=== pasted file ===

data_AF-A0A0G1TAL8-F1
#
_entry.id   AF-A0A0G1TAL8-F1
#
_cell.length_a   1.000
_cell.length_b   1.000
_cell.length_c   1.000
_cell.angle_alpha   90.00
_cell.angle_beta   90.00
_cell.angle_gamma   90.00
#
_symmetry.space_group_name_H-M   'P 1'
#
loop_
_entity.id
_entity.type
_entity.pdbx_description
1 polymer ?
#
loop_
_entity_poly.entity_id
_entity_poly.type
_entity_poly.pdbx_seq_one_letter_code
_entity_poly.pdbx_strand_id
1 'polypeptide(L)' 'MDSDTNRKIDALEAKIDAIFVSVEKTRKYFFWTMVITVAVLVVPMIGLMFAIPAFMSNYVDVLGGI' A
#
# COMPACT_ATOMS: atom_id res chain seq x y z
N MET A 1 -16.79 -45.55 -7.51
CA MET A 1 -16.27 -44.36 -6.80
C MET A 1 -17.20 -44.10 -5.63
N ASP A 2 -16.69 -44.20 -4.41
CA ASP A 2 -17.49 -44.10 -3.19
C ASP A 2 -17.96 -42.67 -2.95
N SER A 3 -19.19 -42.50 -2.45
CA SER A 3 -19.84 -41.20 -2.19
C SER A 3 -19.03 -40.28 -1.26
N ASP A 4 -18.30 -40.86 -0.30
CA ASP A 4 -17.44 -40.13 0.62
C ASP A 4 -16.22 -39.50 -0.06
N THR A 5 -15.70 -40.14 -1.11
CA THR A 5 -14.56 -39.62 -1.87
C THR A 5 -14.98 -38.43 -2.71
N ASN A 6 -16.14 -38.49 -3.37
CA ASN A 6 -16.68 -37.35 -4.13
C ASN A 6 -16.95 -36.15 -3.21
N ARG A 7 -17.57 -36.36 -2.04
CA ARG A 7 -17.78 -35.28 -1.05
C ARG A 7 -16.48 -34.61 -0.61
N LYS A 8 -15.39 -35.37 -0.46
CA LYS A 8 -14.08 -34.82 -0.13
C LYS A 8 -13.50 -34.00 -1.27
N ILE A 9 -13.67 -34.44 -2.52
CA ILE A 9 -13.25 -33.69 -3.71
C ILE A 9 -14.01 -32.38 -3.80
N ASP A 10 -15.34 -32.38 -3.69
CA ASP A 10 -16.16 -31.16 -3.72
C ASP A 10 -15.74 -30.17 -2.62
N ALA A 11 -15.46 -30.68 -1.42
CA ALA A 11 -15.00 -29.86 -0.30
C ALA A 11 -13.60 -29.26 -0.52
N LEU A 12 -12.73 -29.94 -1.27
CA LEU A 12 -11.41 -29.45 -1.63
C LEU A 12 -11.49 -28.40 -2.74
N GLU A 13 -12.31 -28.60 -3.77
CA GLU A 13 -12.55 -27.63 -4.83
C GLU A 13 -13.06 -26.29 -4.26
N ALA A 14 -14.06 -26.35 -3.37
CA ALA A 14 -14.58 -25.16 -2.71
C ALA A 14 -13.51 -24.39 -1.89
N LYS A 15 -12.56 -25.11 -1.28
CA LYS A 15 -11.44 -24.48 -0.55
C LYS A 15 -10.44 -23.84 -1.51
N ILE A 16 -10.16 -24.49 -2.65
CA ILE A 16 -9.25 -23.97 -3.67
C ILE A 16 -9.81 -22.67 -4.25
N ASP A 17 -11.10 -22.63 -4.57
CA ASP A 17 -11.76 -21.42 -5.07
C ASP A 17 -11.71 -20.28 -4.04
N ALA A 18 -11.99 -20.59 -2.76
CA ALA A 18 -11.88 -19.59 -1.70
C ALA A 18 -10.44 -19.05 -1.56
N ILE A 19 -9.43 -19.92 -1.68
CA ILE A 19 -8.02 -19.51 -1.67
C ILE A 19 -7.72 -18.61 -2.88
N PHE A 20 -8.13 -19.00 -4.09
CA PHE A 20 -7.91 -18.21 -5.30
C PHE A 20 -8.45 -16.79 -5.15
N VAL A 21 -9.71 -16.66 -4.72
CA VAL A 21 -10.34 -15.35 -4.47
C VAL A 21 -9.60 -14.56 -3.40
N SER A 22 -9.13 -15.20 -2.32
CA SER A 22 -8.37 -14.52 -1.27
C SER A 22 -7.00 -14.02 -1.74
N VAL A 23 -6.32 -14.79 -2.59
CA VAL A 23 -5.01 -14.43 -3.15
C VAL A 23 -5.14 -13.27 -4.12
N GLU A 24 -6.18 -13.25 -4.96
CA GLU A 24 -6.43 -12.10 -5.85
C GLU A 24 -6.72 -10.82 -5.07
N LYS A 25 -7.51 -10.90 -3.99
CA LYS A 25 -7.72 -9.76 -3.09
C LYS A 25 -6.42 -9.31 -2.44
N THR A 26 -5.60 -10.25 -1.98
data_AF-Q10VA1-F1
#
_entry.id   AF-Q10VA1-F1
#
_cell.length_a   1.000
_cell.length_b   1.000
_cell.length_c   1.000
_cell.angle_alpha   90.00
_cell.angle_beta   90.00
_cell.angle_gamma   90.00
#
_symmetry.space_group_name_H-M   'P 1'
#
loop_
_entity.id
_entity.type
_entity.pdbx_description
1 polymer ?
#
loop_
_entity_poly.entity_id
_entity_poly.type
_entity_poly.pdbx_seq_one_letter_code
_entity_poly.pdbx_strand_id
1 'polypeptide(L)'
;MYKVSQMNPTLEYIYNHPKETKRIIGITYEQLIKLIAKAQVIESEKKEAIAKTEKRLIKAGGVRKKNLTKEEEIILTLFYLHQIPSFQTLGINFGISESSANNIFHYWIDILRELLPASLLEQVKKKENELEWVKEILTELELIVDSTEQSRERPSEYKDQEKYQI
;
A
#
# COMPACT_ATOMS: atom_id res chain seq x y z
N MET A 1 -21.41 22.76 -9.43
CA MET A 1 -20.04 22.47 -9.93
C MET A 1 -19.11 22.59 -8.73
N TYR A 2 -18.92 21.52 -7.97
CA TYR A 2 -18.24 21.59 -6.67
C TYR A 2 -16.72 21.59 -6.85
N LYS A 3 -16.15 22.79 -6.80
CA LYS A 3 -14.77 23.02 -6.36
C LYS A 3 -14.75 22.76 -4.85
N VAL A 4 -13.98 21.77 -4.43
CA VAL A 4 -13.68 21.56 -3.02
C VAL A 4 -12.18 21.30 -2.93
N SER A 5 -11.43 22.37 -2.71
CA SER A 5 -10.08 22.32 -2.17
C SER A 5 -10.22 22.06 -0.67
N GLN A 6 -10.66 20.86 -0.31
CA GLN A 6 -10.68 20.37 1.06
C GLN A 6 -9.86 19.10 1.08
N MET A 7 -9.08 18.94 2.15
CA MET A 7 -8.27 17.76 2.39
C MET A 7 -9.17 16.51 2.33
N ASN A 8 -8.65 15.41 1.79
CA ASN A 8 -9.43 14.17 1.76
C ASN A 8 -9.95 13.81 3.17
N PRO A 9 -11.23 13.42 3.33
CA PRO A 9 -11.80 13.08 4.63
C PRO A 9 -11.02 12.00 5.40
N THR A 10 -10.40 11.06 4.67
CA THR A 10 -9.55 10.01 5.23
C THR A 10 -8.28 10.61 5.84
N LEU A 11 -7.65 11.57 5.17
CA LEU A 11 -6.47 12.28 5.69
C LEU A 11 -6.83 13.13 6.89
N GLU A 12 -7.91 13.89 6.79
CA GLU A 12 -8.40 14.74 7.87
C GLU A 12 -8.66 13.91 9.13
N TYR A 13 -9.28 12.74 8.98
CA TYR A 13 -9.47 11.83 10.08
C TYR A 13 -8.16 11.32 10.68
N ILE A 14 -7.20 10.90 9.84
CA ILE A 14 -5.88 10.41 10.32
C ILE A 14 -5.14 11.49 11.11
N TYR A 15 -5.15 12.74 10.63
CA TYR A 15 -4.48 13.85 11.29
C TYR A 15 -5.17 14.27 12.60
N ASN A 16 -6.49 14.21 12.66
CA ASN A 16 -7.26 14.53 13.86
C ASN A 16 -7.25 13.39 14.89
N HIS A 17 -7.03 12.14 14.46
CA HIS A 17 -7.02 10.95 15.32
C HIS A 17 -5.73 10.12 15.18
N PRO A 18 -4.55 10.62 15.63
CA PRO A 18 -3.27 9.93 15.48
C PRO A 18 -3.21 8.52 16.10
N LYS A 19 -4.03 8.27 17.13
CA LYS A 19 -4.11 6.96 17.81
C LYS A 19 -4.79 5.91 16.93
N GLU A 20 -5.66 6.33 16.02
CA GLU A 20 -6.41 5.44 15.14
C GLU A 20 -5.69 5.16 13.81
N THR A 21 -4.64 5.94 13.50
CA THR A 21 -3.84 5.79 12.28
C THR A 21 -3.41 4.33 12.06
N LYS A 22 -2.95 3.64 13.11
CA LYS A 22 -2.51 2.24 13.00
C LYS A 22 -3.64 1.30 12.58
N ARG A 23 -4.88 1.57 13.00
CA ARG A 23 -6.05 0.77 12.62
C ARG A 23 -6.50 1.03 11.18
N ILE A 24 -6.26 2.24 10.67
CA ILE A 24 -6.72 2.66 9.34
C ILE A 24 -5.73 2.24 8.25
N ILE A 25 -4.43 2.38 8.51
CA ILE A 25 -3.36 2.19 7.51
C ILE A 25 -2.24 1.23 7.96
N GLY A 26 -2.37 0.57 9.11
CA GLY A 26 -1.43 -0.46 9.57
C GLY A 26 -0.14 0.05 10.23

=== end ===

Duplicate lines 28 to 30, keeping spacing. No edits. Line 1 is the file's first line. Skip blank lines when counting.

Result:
N MET A 1 -16.79 -45.55 -7.51
CA MET A 1 -16.27 -44.36 -6.80
C MET A 1 -17.20 -44.10 -5.63